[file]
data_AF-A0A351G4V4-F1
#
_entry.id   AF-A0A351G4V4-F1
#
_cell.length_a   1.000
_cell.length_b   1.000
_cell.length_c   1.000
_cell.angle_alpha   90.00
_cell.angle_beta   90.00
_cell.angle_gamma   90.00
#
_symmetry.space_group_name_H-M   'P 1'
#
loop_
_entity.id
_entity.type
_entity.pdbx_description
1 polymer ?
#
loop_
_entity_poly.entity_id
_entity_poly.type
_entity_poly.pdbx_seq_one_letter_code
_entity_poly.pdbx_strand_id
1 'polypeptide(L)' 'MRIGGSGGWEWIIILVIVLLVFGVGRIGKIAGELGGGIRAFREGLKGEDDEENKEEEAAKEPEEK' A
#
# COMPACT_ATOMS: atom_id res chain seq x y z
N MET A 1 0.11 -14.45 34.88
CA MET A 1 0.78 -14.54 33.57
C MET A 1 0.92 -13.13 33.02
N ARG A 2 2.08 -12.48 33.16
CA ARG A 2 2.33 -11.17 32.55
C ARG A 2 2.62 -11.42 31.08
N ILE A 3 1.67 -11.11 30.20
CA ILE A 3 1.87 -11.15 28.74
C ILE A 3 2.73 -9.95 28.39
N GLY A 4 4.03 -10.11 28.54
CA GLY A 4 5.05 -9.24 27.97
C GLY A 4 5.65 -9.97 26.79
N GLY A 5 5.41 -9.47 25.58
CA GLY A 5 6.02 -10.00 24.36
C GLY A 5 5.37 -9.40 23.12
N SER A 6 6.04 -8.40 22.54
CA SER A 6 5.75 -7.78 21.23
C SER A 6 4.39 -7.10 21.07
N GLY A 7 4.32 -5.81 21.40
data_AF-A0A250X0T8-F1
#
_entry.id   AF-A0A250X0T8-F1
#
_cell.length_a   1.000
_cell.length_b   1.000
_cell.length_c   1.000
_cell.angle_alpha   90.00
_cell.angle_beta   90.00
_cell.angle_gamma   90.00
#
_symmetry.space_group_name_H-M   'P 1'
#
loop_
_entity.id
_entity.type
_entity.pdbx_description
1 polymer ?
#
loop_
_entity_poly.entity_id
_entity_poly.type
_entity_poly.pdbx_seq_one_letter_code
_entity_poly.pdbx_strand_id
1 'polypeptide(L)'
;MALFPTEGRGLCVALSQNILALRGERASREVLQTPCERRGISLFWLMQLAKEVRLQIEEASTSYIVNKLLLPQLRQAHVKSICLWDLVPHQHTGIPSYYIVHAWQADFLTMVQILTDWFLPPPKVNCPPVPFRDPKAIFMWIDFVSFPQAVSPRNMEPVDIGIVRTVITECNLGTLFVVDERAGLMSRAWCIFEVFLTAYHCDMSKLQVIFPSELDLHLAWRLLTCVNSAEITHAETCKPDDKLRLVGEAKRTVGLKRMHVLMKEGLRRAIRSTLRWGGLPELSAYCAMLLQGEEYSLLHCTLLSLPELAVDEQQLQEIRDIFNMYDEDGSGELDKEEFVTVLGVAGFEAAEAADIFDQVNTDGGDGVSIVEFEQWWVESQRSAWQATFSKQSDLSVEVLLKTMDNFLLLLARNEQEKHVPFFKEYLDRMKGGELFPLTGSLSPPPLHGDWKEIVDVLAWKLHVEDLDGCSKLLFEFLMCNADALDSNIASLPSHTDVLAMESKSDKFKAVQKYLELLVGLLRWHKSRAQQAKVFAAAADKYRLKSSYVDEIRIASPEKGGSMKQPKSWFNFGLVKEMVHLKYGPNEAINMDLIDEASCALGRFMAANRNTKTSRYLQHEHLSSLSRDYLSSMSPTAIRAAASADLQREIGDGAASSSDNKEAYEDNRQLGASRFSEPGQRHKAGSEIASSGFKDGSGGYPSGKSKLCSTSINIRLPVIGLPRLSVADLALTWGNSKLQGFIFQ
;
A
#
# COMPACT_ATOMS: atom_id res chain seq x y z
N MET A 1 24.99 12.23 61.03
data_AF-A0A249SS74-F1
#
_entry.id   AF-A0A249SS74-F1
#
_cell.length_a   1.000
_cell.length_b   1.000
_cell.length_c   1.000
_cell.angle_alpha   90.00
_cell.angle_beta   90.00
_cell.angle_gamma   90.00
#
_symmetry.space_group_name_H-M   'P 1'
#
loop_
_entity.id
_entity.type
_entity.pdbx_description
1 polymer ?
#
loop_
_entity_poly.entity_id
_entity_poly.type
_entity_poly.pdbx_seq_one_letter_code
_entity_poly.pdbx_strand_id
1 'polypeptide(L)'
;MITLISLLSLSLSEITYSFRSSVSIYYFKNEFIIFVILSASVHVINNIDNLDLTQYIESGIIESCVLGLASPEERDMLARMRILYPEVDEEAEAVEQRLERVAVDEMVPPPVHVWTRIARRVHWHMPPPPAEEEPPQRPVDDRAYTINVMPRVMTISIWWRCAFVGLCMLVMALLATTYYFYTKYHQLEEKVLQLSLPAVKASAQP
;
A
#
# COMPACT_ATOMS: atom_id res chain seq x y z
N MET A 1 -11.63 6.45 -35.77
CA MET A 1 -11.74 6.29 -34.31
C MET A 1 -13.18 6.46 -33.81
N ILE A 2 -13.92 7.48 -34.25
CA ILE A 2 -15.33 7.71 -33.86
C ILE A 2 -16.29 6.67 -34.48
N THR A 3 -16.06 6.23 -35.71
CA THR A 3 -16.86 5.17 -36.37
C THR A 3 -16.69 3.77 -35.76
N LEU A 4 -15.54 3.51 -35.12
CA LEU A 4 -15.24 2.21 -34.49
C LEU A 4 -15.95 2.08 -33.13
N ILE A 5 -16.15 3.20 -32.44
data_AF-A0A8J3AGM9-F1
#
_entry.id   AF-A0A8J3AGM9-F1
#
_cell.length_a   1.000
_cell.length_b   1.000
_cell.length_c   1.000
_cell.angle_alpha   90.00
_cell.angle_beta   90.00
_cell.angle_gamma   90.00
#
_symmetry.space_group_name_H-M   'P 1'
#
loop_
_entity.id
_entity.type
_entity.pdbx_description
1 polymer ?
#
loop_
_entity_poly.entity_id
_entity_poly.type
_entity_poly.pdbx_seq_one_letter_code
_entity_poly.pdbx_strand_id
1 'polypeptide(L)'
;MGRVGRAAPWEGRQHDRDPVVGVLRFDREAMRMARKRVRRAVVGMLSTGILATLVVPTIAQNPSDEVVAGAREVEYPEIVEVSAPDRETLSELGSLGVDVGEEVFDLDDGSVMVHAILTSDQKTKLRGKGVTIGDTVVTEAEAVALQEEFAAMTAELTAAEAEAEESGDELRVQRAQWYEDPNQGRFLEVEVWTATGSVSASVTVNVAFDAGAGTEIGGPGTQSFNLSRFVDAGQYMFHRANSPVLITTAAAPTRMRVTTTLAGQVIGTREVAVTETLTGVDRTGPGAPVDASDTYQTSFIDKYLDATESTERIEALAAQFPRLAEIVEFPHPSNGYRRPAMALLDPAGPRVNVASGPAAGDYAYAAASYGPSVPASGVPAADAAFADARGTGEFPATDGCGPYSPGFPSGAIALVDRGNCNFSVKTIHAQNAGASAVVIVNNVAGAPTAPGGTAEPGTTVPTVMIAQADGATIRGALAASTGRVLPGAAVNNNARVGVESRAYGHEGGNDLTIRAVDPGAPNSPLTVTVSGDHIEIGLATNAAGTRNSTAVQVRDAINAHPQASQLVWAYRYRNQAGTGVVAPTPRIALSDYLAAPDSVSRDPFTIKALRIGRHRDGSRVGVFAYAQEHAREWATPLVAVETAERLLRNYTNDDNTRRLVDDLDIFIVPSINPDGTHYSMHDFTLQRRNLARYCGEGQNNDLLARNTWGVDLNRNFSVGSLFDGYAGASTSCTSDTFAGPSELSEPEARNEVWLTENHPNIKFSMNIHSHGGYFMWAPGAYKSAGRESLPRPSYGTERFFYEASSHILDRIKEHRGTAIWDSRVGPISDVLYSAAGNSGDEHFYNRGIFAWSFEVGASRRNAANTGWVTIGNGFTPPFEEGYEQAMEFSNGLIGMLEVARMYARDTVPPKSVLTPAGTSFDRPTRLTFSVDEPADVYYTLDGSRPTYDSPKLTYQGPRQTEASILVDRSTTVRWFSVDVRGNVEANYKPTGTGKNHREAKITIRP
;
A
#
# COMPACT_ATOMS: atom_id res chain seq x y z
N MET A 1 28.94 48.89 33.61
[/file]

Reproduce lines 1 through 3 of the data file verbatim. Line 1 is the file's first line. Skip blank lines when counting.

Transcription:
data_AF-A0A351G4V4-F1
#
_entry.id   AF-A0A351G4V4-F1